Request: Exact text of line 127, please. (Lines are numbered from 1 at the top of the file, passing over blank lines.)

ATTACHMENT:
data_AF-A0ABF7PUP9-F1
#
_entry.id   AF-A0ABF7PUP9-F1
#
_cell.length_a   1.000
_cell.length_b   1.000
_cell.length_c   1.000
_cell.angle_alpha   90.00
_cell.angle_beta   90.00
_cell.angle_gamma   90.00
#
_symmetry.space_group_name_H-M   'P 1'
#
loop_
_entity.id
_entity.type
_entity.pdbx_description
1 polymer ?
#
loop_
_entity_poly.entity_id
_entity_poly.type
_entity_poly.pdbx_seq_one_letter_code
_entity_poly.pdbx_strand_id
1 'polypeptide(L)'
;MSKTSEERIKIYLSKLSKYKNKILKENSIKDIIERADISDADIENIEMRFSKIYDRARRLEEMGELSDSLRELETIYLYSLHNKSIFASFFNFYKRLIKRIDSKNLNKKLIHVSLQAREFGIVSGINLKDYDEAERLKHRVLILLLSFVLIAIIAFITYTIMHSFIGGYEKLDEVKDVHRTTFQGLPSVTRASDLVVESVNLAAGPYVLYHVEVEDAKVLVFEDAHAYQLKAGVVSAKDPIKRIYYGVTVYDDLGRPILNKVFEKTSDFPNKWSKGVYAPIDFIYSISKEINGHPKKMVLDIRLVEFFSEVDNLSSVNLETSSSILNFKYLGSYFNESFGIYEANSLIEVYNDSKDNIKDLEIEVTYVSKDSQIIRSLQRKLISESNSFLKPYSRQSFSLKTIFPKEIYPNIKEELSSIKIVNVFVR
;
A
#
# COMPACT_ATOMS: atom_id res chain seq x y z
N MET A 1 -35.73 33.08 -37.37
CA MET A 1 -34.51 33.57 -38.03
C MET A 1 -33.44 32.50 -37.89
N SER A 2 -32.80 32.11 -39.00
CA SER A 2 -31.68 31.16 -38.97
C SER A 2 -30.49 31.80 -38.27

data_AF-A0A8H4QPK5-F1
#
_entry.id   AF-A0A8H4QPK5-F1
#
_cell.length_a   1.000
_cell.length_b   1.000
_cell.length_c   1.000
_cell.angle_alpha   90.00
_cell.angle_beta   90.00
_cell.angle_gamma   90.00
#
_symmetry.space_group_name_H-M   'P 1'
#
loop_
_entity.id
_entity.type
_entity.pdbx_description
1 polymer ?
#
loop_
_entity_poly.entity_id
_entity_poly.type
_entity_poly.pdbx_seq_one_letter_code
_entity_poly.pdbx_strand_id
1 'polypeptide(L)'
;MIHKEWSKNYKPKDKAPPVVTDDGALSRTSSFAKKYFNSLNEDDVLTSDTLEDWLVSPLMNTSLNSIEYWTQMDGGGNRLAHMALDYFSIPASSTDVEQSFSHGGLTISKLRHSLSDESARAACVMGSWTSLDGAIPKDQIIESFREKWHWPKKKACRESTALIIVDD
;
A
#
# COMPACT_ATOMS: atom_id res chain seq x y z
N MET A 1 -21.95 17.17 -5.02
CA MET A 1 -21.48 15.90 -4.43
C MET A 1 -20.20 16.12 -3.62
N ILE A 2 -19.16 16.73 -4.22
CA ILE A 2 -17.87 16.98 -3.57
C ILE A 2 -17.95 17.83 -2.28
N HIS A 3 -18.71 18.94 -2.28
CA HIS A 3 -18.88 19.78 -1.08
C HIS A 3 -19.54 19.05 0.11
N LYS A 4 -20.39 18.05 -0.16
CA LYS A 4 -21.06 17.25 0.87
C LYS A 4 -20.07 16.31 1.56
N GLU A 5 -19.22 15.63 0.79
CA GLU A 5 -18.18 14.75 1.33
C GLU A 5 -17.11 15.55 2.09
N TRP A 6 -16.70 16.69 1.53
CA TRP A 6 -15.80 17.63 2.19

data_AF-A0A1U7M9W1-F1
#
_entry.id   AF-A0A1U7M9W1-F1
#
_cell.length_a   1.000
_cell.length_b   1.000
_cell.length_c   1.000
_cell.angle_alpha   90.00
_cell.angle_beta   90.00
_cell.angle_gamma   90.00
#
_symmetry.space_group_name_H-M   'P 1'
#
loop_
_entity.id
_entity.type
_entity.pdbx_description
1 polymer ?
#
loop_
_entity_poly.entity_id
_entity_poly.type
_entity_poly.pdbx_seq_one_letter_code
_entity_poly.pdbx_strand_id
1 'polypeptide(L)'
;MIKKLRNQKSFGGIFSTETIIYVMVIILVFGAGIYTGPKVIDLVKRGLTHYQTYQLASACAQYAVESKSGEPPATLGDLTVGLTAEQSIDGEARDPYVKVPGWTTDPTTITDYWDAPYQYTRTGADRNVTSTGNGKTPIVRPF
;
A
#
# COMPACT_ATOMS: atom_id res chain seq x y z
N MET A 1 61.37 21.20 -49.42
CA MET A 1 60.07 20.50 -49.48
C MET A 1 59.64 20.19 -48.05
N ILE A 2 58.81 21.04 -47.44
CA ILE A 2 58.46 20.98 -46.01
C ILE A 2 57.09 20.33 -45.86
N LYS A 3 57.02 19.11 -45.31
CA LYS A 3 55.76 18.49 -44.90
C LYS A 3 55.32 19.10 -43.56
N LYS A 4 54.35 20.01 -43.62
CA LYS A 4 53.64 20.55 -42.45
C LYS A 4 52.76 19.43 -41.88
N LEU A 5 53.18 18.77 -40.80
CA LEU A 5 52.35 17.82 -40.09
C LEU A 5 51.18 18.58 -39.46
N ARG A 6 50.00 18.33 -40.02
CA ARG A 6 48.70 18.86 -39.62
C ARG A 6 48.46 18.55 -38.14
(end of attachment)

CA LEU A 5 52.35 17.82 -40.09